HOUSTON - Houston ISD, the state’s largest school district, is expected to name a lone finalist for superintendent on Friday. For the last several months, the board of trustees have been searching for a permanent replacement.
After a nearly six month search, Houston ISD’s board of trustees are on the verge of naming a lone finalist for a permanent superintendent.
In November, Dr Grenita Lathan was not given the job, despite serving as interim for nearly three years after the former superintendent, Richard Carranza, left for New York in 2018.
The search included input from the community including the Houston Federation of Teachers and roughly 30 current teachers at HISD, including Michelle Williams, a math interventionist at Kashmere High School.
"We need someone who really understands how to run, and really run, an urban school district. Right now, we are sitting at almost 600 teacher vacancies. We have 30 vacancies at the central office, so they will be coming into a system where we’re reeling from challenges from the Coronavirus," Williams said.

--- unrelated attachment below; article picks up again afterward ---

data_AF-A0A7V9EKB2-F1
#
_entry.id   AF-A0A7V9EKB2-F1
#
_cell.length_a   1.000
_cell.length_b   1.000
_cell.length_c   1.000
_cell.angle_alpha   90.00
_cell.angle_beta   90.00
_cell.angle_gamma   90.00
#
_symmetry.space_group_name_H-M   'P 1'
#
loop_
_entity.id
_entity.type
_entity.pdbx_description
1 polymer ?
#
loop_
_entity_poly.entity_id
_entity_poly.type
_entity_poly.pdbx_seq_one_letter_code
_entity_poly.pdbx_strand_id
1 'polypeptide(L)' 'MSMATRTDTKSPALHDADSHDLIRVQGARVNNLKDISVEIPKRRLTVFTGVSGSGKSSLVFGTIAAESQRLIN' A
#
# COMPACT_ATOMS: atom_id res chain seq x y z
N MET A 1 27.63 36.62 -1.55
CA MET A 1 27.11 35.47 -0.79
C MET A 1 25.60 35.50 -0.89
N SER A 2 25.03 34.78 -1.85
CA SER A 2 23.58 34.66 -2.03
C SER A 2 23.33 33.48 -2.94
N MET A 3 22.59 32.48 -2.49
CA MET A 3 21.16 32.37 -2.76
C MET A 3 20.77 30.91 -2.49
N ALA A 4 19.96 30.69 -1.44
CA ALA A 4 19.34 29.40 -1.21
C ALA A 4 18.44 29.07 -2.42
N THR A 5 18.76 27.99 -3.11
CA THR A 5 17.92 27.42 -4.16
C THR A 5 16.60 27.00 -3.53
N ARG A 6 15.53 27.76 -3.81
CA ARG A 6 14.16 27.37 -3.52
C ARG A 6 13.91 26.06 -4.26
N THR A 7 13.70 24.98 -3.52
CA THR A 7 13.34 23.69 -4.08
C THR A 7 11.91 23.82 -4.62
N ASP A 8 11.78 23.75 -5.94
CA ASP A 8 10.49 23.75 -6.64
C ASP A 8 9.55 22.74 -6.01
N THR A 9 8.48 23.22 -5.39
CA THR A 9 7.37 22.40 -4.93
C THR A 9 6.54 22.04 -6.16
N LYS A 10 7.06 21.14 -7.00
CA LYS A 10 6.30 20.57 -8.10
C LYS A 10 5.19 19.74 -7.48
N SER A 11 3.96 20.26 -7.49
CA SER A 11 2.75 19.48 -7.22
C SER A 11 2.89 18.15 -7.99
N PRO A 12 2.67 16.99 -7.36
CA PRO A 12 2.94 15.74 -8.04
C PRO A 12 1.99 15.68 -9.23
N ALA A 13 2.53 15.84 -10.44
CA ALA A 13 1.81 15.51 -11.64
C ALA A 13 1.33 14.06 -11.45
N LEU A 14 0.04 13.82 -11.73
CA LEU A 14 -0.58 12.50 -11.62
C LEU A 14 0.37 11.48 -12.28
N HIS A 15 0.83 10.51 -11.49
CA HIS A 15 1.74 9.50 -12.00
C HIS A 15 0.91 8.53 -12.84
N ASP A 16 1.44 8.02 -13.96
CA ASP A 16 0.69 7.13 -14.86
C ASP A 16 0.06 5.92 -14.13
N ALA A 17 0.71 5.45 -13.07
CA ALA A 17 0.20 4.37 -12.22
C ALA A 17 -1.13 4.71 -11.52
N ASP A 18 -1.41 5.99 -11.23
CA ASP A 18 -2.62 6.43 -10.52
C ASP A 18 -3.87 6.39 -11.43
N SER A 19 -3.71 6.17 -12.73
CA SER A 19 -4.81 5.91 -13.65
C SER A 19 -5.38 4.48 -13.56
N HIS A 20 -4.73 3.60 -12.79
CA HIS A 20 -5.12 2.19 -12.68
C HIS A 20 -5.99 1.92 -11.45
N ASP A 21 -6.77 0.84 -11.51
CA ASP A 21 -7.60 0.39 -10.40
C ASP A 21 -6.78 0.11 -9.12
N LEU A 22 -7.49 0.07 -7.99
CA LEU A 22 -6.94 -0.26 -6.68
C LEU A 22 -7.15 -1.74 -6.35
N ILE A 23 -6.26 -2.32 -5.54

Jackie Anderson serves as President of the Houston Federation of Teachers.
"They need to have the compassion that it’s going to take and the passion to want to be here, to want to make a difference and to help. It doesn’t matter about the color, as long as they are committed to the work," Anderson said.
The process has been confidential, and this time around, trustees are extremely tight lipped about who’s in the running.
No word yet on exactly how many candidates have applied and been screened, so Friday’s announcement may come as a surprise to many.
However, HISD is still in the process of a possible state takeover by the TEA, who could potentially block the new hire, again.
"It would be tragic if that happened. What they would be saying is they have given the authority to one unelected official to run the district. That means voters have no say. We hope that the commissioner will realize that this is a democratic process," Anderson said.
HISD's board of trustees are expected to vote on a lone finalist during a private meeting Friday morning at 10 a.m. before publicly introducing him or her during a news conference in the afternoon.